Monday, May 20, 2024

Beekeepers abuzz with varroa mite battle efforts

Beekeepers across NSW and the ACT are set to help in the fight against the spread of the most serious pest of honeybees in the world through a low-cost Internet of Things solution.

Two pilot programs targeting varroa mite, and co-funded to the tune of $130,000 under the Catalysing Australia’s Biosecurity (CAB) initiative, are due to begin in the coming months.

The programs come as the national management group for varroa destructor, which includes governments and industry, endorsed plans to move from an eradication response to a management approach in February.

The ACT pilot is a collaboration between the Department of Agriculture, Fisheries and Forestry (DAFF), CSIRO, the ACT Government and University of Canberra (UC). It will use a citizen science approach to trial Vimana Tech’s BeeRight technology and use environmental DNA (eDNA) with up to 30 local backyard beekeepers/hobbyists in the ACT region.

The NSW pilot is a collaboration between DAFF, CSIRO, Queensland’s Department of Agriculture and Fisheries and UC. It will also use the BeeRight technology and eDNA on known hives infected with varroa mite in NSW. There will also be a citizen science component like the ACT approach.

First Assistant Secretary of Biosecurity Strategy and Reform, Bronwen Jaggers said the pilots provided a unique opportunity to test the technology and how it could best be used in urban and peri-urban areas.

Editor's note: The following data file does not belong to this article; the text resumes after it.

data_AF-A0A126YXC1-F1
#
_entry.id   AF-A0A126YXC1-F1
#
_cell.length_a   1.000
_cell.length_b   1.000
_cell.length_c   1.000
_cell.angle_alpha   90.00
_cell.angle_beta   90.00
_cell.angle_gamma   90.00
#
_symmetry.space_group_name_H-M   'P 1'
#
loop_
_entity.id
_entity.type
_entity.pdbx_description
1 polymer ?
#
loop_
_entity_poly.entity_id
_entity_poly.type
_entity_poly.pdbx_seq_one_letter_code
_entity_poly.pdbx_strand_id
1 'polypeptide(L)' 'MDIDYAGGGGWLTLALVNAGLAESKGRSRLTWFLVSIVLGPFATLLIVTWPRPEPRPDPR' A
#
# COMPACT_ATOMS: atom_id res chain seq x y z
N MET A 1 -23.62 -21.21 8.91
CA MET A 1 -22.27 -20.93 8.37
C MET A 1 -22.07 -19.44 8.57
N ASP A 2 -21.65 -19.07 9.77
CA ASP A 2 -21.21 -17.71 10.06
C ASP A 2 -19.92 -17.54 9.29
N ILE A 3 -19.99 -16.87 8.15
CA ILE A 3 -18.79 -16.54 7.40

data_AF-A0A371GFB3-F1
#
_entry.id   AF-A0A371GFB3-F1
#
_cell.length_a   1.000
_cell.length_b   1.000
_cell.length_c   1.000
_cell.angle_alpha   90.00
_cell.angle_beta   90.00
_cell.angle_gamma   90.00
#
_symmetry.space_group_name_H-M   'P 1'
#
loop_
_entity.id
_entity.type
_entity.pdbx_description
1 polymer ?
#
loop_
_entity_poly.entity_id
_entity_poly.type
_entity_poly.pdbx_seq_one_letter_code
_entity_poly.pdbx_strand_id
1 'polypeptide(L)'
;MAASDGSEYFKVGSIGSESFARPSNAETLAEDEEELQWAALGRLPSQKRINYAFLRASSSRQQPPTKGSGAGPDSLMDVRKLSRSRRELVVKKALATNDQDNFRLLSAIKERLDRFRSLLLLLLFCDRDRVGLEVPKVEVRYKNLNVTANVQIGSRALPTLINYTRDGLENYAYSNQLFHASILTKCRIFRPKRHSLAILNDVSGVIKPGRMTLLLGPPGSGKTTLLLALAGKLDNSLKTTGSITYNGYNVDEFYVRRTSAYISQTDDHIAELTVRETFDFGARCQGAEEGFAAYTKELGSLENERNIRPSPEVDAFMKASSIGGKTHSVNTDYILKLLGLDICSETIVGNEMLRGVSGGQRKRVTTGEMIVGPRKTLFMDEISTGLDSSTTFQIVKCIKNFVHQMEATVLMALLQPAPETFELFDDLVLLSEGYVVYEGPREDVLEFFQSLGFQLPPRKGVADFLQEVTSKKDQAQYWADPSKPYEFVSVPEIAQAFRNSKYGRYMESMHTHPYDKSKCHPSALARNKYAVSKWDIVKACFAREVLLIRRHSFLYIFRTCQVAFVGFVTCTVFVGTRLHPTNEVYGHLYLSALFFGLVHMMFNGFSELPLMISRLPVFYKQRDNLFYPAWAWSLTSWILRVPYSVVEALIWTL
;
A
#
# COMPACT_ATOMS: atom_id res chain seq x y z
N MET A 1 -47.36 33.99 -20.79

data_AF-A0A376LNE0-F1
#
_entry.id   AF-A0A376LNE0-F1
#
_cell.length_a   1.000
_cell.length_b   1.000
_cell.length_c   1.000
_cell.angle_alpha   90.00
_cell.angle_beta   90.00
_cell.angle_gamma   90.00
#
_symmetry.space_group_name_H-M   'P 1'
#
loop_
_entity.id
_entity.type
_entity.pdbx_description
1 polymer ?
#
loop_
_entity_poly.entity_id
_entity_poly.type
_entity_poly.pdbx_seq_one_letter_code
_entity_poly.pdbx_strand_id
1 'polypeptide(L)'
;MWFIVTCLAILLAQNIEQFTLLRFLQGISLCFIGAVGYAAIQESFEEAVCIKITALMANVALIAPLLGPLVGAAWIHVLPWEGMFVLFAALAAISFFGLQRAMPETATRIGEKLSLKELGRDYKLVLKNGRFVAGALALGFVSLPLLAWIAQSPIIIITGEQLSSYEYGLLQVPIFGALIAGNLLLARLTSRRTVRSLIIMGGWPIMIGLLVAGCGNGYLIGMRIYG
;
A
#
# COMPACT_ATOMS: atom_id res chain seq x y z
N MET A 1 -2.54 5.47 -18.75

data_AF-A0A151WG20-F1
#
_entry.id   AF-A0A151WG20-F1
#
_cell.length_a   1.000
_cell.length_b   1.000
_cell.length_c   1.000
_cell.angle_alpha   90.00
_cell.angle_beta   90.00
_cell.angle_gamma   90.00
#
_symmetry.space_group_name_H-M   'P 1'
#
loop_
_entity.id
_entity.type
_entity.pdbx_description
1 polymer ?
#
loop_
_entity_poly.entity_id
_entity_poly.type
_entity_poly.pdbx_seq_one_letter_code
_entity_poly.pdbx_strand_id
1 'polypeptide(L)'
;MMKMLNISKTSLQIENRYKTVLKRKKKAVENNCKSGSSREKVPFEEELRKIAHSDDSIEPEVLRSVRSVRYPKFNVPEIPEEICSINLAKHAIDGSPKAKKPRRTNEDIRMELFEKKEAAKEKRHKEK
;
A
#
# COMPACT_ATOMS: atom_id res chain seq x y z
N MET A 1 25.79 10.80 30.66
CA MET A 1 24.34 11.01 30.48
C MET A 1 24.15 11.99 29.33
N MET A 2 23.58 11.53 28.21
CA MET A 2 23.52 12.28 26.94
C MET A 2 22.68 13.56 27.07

“With the recent agreement on the varroa mite transition to management plan, the focus is now on slowing the spread as much as possible, and supporting beekeepers to keep their hives healthy,” Ms Jaggers said.

“The ACT pilot will help us confirm whether the region continues to be free from varroa mite and help prepare the community for future spread to the region.

“Both pilots are a practical example of the National Biosecurity Strategy in action, demonstrating the value of information exchange between the public, industry and government for early detection and response. The pilots are testing technology which could offer a relatively low-cost approach to slowing the spread of this destructive pest.

“We need community help to test this new method to see if it has the potential to detect Australian varroa. It’s a way that citizen scientists can help protect our valuable pollination services and agricultural industries.”

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